Bryce Love is back.

Last year’s Heisman Trophy runner-up will return from a one-game absence when No. 7 Stanford faces 20th-ranked Oregon Saturday night at 5 p.m. at Autzen Stadium.

“Bryce is great,” Stanford coach David Shaw said during a conference call Tuesday morning. “We put him through a pregame workout Saturday and he was awesome. He’s ready to go, fired up to go.”

 

The Cardinal kept their senior running back sidelined for a 30-10 win over UC Davis on Saturday after he suffered an undisclosed injury the previous week during a 17-3 win over USC. Love ran 22 times for 136 yards and a score against the Trojans.

“That game against USC was physical, Bryce took a lot of shots,” Shaw explained. “Twenty-two carries and many between the tackles, so it was good for him to recover and feel good. He’s ready to go.”

Love ran for 2,118 yards and 19 scores last season, including 147 yards and two touchdowns in a 49-7 win over the Ducks.

Love opened his senior season by running for 29 yards on 18 carries during a 31-10 win over San Diego State. He is averaging 4.1 yards on 40 carries this year after getting 8.1 per rush last year.

Stanford returned four starters on the offensive line this season, including fifth-year seniors Jesse Burkett at center and A.T. Hall at right tackle. Junior guard Nate Herbig is back, along with sophomore left tackle Walker Little.

“Our pass protection has been B to B-plus and our run blocking B to B-minus,” Shaw said. “The main issue with run blocking is we have played a couple coordinators who have tried to take away the run and that opened up the pass game. We have blocked some real different looks, some better than others. All in all, I think we are doing well and better each week.”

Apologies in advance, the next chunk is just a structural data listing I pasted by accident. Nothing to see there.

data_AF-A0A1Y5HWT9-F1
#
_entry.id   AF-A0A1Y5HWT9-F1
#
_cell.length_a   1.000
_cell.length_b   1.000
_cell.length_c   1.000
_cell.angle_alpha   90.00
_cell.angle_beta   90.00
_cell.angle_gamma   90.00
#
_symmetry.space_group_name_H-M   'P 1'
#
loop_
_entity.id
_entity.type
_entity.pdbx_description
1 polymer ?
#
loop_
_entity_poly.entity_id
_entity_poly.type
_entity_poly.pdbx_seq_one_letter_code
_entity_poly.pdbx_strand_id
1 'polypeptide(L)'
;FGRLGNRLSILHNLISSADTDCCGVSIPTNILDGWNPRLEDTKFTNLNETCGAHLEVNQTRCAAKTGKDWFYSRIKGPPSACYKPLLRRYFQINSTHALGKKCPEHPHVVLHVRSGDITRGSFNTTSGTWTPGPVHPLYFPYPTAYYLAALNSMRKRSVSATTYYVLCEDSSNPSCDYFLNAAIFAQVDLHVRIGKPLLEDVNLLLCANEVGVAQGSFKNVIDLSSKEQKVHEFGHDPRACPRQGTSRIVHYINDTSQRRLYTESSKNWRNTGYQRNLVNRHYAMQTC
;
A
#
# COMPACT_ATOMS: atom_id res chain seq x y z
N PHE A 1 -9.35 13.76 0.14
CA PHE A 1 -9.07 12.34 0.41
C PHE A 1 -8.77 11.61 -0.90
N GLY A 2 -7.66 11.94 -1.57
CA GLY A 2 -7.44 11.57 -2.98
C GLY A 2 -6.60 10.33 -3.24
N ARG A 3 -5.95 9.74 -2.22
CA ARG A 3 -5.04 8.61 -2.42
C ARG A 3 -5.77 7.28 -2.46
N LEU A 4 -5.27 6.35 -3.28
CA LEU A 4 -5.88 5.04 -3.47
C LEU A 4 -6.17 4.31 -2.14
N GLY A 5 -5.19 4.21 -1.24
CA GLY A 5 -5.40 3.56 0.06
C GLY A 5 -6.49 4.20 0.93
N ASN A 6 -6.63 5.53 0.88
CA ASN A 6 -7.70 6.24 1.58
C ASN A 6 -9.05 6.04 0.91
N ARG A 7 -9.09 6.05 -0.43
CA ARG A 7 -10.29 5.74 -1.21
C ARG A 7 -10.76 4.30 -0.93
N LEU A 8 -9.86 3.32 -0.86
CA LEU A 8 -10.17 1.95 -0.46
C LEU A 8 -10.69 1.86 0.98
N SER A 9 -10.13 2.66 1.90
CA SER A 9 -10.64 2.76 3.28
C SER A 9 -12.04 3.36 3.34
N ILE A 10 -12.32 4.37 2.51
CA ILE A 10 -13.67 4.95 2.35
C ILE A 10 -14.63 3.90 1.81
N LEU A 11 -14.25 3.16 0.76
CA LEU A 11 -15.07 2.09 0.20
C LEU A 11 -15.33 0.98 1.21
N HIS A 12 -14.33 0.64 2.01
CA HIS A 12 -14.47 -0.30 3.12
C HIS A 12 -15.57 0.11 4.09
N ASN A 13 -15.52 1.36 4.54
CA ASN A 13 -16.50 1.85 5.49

Stanford ran 33 times for 137 yards last week without Love as junior Trevor Speights had 87 yards on 11 carries. Stanford is averaging 115.3 rushing yards per game

Shaw noted that “in all three games, we probably had about four plays that really should have been explosive plays, but we either missed a down block or a guy fell off a block or late movement had a young offensive lineman’s eyes in the wrong spot.”

Stanford’s blowout win over Oregon last year was the second of five games that UO quarterback Justin Herbert missed because of injury.

“With the quarterback back, Herbert is special, and he has got weapons all around him,” Shaw said. “He is a weapon himself. He can run and get out in space so you have to contain him as a runner and a passer. He is a good deep-ball thrower.”

Stanford leads the nation by allowing an average of 7.7 points in three games while giving up an average of 301 yards. The Ducks rank eighth in the nation in scoring at 51.7 points per game.

“We are playing well on defense right now and week-to-week you have wrinkles to put guys in positions to be successful and be more difficult to scout for the opponent,” Shaw said. “Play our defense and play it well. Contain the quarterback and don’t let wide receivers behind us. Then squeeze the running lanes to get quick, athletic runners bottled up. We have to play our scheme and play it really well.”